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June 17, 1999

Workers in logging industry most at risk for severe head injuries

TUMWATER - Workers in the logging industry are at the greatest risk of suffering traumatic head or brain injuries on the job, according to a new study by the Washington Department of Labor & Industries.

A number of the construction industries also had some of the highest rates, according to Work-Related Traumatic Head and Brain Injuries in Washington.

The study examined 852 claims for traumatic head or brain injuries that Washington workers filed from 1990 through 1997. Labor & Industries manages the state's workers' compensation system. The department provides coverage for about 163,000 employers and 1.5 million workers.

The study did not include claims for self-insured businesses, which employ about 900,000 workers in Washington.

Besides finding the riskiest industries and occupations for the injuries, the study also found:

  • Truck drivers accounted for nearly 12 percent of the injured workers the study examined.
  • An average of 106 claims for injuries in all occupations were filed each year at an average annual cost of $14 million.
  • The average cost of a claim was $135,000.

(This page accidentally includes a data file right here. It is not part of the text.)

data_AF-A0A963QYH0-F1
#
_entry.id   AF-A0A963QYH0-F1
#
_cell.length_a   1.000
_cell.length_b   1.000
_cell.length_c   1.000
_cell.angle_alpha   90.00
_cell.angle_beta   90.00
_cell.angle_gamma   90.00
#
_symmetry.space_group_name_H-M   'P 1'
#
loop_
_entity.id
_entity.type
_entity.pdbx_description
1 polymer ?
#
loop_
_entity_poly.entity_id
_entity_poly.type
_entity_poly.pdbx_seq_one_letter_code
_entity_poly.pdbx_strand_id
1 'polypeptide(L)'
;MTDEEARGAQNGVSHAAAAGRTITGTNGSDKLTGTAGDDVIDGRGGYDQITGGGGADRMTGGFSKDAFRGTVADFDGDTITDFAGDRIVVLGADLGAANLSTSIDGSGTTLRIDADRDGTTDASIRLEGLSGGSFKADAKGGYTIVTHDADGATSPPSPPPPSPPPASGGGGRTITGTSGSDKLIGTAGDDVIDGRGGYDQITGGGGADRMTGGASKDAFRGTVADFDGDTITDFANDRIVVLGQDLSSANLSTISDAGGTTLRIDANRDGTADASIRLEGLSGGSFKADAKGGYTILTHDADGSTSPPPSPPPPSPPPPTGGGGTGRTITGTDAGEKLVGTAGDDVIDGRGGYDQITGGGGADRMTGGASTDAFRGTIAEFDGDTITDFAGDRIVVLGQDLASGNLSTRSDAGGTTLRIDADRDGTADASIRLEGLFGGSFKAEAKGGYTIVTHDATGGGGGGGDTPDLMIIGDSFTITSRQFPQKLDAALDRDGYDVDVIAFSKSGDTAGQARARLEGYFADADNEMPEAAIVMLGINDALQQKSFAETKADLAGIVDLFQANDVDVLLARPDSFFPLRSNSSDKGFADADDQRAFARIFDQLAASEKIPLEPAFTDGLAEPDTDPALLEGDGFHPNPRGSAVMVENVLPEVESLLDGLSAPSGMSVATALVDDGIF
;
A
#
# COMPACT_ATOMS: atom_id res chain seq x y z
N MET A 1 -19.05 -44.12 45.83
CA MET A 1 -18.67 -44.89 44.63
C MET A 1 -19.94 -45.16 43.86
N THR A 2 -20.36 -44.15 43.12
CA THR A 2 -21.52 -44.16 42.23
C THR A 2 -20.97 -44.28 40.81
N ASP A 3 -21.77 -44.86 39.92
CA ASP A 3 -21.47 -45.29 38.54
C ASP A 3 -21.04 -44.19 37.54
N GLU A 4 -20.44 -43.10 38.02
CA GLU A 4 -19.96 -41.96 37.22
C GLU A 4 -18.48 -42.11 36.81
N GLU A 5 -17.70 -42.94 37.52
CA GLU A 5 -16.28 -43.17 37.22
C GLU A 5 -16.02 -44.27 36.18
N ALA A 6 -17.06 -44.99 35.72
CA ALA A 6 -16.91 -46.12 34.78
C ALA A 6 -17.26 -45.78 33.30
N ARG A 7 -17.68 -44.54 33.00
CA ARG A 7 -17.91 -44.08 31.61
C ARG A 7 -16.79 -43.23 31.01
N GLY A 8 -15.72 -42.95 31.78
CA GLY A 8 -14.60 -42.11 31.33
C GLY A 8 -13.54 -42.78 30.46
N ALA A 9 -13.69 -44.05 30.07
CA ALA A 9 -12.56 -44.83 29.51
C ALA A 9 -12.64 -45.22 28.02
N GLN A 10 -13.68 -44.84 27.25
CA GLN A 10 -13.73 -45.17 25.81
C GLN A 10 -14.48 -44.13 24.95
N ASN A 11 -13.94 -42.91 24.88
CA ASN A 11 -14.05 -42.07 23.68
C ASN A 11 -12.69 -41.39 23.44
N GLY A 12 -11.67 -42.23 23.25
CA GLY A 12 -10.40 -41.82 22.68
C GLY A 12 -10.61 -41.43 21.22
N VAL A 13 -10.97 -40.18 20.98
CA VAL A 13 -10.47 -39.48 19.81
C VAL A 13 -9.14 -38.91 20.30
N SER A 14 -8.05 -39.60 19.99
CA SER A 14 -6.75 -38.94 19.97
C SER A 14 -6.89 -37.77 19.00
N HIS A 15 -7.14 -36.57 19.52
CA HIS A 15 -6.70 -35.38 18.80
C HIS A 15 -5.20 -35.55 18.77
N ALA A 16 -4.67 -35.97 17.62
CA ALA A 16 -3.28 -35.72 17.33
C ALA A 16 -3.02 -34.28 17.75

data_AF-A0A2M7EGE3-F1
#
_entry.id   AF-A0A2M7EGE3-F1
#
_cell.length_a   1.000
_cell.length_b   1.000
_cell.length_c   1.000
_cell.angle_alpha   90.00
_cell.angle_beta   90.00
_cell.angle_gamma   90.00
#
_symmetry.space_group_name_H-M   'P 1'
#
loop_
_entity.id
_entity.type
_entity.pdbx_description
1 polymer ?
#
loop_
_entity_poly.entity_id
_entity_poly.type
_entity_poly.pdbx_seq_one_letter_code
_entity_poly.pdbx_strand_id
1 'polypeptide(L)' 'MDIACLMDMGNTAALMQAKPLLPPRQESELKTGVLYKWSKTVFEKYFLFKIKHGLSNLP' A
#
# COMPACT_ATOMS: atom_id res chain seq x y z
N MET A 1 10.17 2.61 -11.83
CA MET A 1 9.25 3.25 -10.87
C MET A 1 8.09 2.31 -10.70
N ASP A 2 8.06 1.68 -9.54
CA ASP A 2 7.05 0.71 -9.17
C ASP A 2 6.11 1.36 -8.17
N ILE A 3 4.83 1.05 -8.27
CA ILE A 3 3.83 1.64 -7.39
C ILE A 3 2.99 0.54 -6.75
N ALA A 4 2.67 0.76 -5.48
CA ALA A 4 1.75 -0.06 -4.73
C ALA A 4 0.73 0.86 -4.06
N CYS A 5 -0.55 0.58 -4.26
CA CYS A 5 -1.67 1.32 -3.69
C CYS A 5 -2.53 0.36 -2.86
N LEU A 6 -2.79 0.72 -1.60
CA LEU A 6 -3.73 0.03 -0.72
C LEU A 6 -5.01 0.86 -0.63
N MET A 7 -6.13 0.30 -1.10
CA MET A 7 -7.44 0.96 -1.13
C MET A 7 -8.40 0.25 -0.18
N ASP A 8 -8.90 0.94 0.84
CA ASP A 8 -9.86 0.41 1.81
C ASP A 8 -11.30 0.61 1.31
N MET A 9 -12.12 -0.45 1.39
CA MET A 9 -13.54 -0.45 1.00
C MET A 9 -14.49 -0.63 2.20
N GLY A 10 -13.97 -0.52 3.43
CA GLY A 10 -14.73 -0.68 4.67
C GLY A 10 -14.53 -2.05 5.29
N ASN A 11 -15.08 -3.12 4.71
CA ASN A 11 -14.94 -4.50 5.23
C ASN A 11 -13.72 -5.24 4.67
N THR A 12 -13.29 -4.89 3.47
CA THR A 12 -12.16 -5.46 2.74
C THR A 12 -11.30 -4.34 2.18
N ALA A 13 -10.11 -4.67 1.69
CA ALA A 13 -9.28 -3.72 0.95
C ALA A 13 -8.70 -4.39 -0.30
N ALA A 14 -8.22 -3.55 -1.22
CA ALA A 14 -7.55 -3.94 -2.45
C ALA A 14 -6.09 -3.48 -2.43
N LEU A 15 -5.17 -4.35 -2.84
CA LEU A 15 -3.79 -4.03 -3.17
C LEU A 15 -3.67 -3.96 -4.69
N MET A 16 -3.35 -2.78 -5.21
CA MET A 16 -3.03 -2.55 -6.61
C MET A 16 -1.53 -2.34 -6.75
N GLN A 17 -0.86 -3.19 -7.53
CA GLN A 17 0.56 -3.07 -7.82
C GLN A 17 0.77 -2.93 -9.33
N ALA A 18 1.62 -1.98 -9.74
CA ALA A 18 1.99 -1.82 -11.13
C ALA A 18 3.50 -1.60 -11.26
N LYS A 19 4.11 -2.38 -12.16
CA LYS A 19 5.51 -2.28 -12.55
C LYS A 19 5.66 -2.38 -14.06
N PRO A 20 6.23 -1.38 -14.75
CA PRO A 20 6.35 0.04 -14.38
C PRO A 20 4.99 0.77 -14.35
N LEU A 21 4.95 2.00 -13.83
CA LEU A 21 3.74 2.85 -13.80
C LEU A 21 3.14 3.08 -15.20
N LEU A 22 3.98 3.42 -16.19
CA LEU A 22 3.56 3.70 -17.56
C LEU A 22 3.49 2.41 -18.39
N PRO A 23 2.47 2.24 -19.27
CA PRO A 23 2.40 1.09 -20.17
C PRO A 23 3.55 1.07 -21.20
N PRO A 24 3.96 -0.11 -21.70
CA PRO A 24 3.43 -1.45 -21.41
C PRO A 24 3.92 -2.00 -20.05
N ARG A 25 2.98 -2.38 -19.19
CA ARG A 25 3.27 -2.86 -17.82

• The injured worker missed an average of 400 days of work and spent 67 days in a hospital while recovering.
  • Falls accounted for 44 percent of the injuries.
  • Men suffered 90 percent of the injuries.
  • Six percent of the injuries resulted in death.

A traumatic head or brain injury, according to the study, was defined as a skull fracture, concussion or other brain injury that required a worker to be hospitalized within seven days of the incident.

The study also found that:

  • Logging-industry workers suffered the injuries mostly after being hit by wood items.
  • Roofers suffered the injuries primarily from falls.
  • Road-construction workers suffered the injuries mostly from falls and motor-vehicle collisions.
  • The most common time for the injuries was between 7 and 9 a.m.

The study recommends two key methods to prevent the head and brain injuries:

  • Reduce or eliminate the exposure to the hazard -- by designing the hazard out of the process or by using enough distance or guarding to prevent worker exposure.
  • Reduce the energy associated with the hazard -- by reducing fall heights, reducing vehicle speed, etc.

"When these options are not adequate to fully protect workers from the hazard, training, administrative controls and personal protective equipment should be used," the study says. "Traumatic head and brain injuries place a large burden on the injured worker, their family, employer and society."

A summary of the report is available on the Internet at /sharp in the publications section. A copy of the report can be ordered by calling 1-888-667-4277.

For more information about the report, contact Martin Cohen, 360-902-4957, or e-mail: cohm235@lni.wa.gov


For media information, contact: 
L&I Public Affairs at 360-902-5400 or publicaffairs@lni.wa.gov

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